Reforming Pell Grants was the topic of a House subcommittee hearing last week. Witnesses discussed tightening eligibility, disbursing checks every few weeks, linking checks to attendance and requiring financial aid counseling, among other ideas. Congress is preparing to reauthorize the Higher Education Act, which sets rules for student aid, notes Community College Daily.
Members of the House Higher Education and Workforce Training Subcommittee—as well as the four witnesses from the higher education sector—agreed that the Pell program, which has swelled to about $30 billion a year, needs some adjusting to curtail costs and to ensure that students who need financial assistance the most get it—and that they succeed in college. But they differed on how to do it.
“There is concern among members of the higher education community and of my colleagues in Congress that Pell has strayed too far from its original intent,” said subcommittee chair Rep. Virginia Foxx (R-N.C.), who noted that the program serves more than 9 million students.
Grants should be targeted at low-income students, said Jenna Ashley Robinson, outreach director at the John William Pope Center for Higher Education Policy. Too many middle-income students are eligible for aid now, she said
Pell has helped broaden access to college, said Michael Dannenberg of the Education Trust. “The percentage of low-income students going to college today is twice what it was 40 years ago when the Pell Grant program began,” he said. “We’ve cut the gap between low-income and upper-income students’ college access rates by 40 percent.” More than 90 percent of Pell recipients come from families with incomes of less than $50,000, according to Dannenberg.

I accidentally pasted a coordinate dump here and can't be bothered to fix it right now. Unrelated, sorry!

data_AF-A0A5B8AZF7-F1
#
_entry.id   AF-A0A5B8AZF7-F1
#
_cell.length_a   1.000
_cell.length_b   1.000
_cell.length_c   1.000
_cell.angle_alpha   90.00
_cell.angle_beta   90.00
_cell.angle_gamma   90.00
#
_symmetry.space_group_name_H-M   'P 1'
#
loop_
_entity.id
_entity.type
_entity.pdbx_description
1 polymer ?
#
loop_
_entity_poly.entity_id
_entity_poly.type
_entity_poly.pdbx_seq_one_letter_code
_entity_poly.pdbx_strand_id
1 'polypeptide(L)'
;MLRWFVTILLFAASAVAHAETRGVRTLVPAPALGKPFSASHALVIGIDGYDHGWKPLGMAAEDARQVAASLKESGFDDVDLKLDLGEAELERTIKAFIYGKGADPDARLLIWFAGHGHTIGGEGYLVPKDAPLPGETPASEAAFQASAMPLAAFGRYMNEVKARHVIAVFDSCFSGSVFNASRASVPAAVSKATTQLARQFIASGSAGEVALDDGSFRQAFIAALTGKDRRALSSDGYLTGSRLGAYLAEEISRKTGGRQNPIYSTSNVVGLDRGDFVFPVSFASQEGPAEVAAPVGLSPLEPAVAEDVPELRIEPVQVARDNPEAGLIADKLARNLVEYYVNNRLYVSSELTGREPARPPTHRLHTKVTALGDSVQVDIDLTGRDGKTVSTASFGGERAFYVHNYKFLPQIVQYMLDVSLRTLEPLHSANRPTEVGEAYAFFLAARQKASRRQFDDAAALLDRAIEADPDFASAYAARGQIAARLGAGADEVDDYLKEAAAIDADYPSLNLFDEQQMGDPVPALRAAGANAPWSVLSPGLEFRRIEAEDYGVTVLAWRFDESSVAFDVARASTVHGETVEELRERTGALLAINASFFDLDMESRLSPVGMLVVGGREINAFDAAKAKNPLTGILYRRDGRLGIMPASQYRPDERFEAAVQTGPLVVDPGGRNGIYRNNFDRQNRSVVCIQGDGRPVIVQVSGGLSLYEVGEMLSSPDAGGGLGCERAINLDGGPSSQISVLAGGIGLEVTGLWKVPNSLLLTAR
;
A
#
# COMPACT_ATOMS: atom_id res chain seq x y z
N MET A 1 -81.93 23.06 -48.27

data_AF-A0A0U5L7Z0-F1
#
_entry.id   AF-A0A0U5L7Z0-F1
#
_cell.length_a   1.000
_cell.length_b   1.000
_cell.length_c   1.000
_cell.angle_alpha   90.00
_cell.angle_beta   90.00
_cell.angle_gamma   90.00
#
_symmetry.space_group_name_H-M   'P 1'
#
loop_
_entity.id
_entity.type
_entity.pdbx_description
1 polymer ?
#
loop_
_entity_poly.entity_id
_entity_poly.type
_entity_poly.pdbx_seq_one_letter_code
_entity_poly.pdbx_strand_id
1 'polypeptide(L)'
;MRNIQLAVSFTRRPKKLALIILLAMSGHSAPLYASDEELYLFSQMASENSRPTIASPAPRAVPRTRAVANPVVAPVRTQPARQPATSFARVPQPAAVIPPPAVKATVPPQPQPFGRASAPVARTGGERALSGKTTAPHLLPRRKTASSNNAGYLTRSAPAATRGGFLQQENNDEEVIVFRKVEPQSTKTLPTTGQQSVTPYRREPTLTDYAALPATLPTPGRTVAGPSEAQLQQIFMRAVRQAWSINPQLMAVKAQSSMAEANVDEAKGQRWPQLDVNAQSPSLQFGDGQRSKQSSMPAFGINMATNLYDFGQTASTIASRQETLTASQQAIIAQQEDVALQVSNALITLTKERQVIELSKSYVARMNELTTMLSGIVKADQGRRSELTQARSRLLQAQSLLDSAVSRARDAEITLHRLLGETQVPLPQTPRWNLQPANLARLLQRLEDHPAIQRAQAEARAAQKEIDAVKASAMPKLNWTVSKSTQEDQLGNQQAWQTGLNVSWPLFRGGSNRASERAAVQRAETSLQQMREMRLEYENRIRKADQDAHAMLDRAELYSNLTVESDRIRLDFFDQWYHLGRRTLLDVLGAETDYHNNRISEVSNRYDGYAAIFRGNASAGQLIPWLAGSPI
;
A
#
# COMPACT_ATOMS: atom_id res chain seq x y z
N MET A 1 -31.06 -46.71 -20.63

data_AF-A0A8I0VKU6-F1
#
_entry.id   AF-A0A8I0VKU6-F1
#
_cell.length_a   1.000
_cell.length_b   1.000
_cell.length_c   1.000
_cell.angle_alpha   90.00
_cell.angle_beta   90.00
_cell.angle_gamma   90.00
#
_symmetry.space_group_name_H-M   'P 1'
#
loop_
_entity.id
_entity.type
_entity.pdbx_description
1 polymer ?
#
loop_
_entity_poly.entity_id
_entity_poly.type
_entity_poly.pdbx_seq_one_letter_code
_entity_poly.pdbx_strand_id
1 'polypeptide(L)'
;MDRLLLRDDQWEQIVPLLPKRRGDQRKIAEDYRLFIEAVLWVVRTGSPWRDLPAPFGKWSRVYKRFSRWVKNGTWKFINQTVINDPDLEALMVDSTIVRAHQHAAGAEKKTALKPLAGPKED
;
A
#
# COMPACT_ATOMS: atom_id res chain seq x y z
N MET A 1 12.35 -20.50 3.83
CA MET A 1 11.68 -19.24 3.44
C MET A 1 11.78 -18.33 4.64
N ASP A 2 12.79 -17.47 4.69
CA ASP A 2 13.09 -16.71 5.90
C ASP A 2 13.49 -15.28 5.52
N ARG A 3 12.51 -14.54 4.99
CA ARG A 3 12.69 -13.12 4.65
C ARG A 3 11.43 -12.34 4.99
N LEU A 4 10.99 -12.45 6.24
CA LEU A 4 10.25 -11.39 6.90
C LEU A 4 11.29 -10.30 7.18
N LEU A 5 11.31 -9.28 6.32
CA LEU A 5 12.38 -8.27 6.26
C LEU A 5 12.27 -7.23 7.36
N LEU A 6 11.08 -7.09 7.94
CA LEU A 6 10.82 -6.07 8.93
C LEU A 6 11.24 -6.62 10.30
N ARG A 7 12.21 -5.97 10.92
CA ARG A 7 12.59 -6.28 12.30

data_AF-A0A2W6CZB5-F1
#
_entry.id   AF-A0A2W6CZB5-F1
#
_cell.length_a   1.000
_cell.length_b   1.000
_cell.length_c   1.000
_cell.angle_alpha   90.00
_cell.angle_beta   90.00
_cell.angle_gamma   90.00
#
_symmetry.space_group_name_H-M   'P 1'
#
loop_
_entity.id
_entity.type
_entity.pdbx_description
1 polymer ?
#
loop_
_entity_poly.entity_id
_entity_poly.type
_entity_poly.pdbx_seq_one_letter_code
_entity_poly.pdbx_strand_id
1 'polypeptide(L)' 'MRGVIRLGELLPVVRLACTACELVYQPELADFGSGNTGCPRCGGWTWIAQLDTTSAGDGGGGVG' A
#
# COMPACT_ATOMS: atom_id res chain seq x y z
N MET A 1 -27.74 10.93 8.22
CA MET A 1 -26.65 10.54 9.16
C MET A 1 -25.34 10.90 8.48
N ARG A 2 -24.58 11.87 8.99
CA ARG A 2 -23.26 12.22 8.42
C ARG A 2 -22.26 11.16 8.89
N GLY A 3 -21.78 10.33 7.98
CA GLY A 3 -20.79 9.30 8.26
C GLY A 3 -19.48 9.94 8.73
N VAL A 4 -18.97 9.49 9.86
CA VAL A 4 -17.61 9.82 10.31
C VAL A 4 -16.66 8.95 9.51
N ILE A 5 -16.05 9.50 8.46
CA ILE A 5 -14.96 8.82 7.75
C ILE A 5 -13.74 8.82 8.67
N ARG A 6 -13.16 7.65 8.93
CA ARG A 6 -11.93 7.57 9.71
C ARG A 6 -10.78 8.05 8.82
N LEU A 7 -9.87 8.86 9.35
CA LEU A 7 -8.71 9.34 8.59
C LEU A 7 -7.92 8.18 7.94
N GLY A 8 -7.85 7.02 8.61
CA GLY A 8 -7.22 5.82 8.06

The discussions at the hearing touched on a number of areas—from providing yearround Pell Grants in order to accommodate students who take college courses during winter and summer breaks, to whether student aid contributes to escalating college costs. But a good part of it focused on ensuring that students who received grants were attending classes. Robinson noted that Central Piedmont Community College in North Carolina does not disburse grant money to students if they haven’t attended class during the first 10 percent of the semester, and the college tracks students’ academic progress.
Richard Heath, director of student financial services at Anne Arundel Community College in Maryland, outlined strategies to prevent fraud and abuse. These include: monitoring out-of-state addresses and multiple applications from the same address, working with faculty to provide accurate attendance records, requiring students to meet with an advisor during the first three weeks of school to receive their Pell check and using a federal database to check on student aid applicants.